How mobility policies can make you (lose) fat
In a final example, existing scientific research demonstrates that multimodal transport (e.g., a combination of walking and taking a train or cycling and taking a train) is associated with reduced obesity and increased physical activity compared to using car-dominated transport (4,5). Mobility policies can therefore indirectly affect obesity incidence rates and related health complications such as diabetes. The latter disease is not only affected in this way, also air pollution such as particulate matter and nitrogen dioxide can directly affect insulin resistance thereby contributing to the development of type-2 diabetes (6). This again shows the complexity and interconnectivity of those issues.
Policy interventions for health can affect your socio-economic status
Furthermore, the exposure to environmental stress, such as air pollution, can also have important socio-economic aspects, for example, there are socio-economic inequalities in the groups of people exposed to elevated (health-damaging) air pollution concentrations. In some areas, deprived socio-economic groups breathe elevated amounts of vehicle emissions while responsible for a lower share of those emissions compared to the non-deprived population (7). In the latter case, this policy intervention of reducing car-use and car-parkings has the ability to reduce socio-economic inequalities while on the other hand mitigation policies that can worsen socio-economic inequalities also exist, such as road pricing for people living in deprived areas where there is no public transport available.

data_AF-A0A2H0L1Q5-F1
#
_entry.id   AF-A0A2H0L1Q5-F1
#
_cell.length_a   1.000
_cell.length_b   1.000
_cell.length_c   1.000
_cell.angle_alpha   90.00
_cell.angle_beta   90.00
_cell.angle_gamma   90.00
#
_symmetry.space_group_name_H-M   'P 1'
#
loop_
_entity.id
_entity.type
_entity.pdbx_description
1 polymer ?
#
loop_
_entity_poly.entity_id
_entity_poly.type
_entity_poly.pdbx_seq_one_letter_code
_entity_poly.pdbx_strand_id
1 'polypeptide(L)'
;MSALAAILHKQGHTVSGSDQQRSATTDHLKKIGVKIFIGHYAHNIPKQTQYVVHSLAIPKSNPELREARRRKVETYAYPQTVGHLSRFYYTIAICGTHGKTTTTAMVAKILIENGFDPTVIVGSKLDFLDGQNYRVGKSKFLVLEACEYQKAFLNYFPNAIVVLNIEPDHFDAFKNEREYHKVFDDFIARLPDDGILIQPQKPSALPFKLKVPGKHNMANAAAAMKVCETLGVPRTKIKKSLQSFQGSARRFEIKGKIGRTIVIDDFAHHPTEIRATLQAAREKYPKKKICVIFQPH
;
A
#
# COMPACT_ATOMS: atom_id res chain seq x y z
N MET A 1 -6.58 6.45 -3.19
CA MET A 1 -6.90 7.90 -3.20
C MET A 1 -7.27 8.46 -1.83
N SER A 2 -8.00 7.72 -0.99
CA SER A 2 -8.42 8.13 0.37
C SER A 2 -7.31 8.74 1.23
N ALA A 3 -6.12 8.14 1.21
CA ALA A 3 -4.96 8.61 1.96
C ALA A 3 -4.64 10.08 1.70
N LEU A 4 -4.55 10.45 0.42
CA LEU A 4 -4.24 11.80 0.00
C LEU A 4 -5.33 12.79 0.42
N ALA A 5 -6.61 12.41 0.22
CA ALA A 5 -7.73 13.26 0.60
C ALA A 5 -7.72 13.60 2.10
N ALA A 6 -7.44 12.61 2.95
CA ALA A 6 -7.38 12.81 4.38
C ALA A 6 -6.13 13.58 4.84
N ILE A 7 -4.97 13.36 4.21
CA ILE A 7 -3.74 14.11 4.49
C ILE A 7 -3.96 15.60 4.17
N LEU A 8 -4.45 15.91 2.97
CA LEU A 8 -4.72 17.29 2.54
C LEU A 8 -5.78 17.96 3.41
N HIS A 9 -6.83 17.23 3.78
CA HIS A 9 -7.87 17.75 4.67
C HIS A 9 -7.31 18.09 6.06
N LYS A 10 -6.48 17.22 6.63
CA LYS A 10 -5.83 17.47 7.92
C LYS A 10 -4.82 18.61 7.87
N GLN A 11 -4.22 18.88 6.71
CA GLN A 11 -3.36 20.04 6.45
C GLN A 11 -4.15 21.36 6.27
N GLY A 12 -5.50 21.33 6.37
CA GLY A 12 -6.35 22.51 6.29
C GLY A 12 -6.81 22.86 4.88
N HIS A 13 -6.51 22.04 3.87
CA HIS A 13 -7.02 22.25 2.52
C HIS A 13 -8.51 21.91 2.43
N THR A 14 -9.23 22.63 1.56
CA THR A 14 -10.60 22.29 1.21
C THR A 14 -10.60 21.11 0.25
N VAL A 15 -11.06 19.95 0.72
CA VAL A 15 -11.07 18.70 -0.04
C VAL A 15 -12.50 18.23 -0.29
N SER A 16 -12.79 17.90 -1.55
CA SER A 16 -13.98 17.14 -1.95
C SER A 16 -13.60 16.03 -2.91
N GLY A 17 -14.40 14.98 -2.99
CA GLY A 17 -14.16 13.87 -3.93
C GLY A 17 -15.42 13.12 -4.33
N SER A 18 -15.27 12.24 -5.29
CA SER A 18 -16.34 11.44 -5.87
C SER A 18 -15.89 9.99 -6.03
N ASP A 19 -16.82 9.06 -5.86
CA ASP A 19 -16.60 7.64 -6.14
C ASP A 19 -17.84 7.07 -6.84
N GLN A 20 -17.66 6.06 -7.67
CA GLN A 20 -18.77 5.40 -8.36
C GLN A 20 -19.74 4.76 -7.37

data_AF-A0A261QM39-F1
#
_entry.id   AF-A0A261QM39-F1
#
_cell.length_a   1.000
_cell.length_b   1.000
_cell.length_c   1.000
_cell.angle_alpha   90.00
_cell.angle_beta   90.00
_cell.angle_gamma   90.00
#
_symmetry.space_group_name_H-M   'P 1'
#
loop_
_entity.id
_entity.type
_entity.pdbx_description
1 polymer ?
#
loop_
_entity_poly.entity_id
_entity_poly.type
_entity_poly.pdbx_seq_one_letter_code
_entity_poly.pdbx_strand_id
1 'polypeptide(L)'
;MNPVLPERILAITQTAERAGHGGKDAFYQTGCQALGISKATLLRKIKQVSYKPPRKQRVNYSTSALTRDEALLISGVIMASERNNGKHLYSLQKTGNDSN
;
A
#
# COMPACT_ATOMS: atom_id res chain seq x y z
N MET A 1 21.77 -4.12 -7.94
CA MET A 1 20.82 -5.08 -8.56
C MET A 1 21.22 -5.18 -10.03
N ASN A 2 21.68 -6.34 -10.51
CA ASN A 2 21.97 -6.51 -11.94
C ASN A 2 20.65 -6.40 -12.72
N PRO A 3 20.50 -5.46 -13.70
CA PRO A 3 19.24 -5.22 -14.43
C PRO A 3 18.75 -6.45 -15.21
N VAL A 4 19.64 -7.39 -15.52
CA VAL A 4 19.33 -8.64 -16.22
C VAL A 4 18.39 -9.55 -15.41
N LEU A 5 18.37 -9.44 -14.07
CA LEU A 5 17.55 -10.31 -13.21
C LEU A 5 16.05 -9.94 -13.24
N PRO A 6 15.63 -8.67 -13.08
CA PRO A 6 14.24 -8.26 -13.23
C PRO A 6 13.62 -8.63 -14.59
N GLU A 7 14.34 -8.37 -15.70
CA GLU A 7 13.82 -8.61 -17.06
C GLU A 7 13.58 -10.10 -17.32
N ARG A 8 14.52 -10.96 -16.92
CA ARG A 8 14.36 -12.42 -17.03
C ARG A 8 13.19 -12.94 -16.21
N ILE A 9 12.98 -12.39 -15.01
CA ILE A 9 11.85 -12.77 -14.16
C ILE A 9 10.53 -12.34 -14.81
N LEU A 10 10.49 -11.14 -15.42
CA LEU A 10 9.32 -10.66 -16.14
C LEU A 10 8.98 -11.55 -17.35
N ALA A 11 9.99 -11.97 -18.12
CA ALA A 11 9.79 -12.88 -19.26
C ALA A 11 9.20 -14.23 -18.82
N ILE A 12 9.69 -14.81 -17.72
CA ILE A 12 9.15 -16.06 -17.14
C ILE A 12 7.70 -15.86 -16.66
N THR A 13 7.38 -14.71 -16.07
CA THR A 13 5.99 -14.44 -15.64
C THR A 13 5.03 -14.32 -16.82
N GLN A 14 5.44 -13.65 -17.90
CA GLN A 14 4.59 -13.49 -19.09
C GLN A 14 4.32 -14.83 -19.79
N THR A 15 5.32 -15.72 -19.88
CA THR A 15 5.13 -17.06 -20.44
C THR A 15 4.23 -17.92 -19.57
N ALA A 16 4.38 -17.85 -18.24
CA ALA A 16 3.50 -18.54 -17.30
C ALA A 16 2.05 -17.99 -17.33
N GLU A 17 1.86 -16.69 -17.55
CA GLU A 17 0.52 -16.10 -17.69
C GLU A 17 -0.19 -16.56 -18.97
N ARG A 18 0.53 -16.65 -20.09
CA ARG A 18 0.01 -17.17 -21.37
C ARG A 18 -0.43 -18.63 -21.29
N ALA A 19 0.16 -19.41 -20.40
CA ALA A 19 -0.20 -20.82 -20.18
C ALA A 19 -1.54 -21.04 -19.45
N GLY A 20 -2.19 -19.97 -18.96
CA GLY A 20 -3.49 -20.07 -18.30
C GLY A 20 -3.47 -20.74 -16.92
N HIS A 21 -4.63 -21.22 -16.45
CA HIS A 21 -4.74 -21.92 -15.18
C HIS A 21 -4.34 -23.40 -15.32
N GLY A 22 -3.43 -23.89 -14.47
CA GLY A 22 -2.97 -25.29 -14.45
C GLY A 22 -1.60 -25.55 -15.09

How policy interventions for climate change can worsen your health
We focused so far mainly on the possibilities of beneficial synergies of single policy interventions on multiple domains. The opposite can also happen, of course. While warming your house with a wood stove replacing oil furnaces partially mitigates greenhouse emissions, it is associated with increased particulate air pollution and consequently negative effects on human health.
How all this is relevant within our ELLIS project
Within the framework of the ELLIS project, we will conduct scientific research on the environmental burden of disease and environmental health inequalities. For this we will, amongst others, look to assess the impact of specified policy interventions on the exposure to environmental stress and consequently the impact on health outcomes and health inequalities. The examples presented here illustrate the complexity of policy interventions. Policy interventions designed for one specific problem might seriously impact other considerable problems, either in a beneficial or detrimental way. It is therefore always important to have a holistic view and never forget to look at the bigger picture. It’s important to consider interactions between the different domains, interactions that are often very relevant for the environment, economy and inequalities, human health and animal health at once. This is also in line with the “ONE HEALTH” philosophy promoted by Sciensano (8).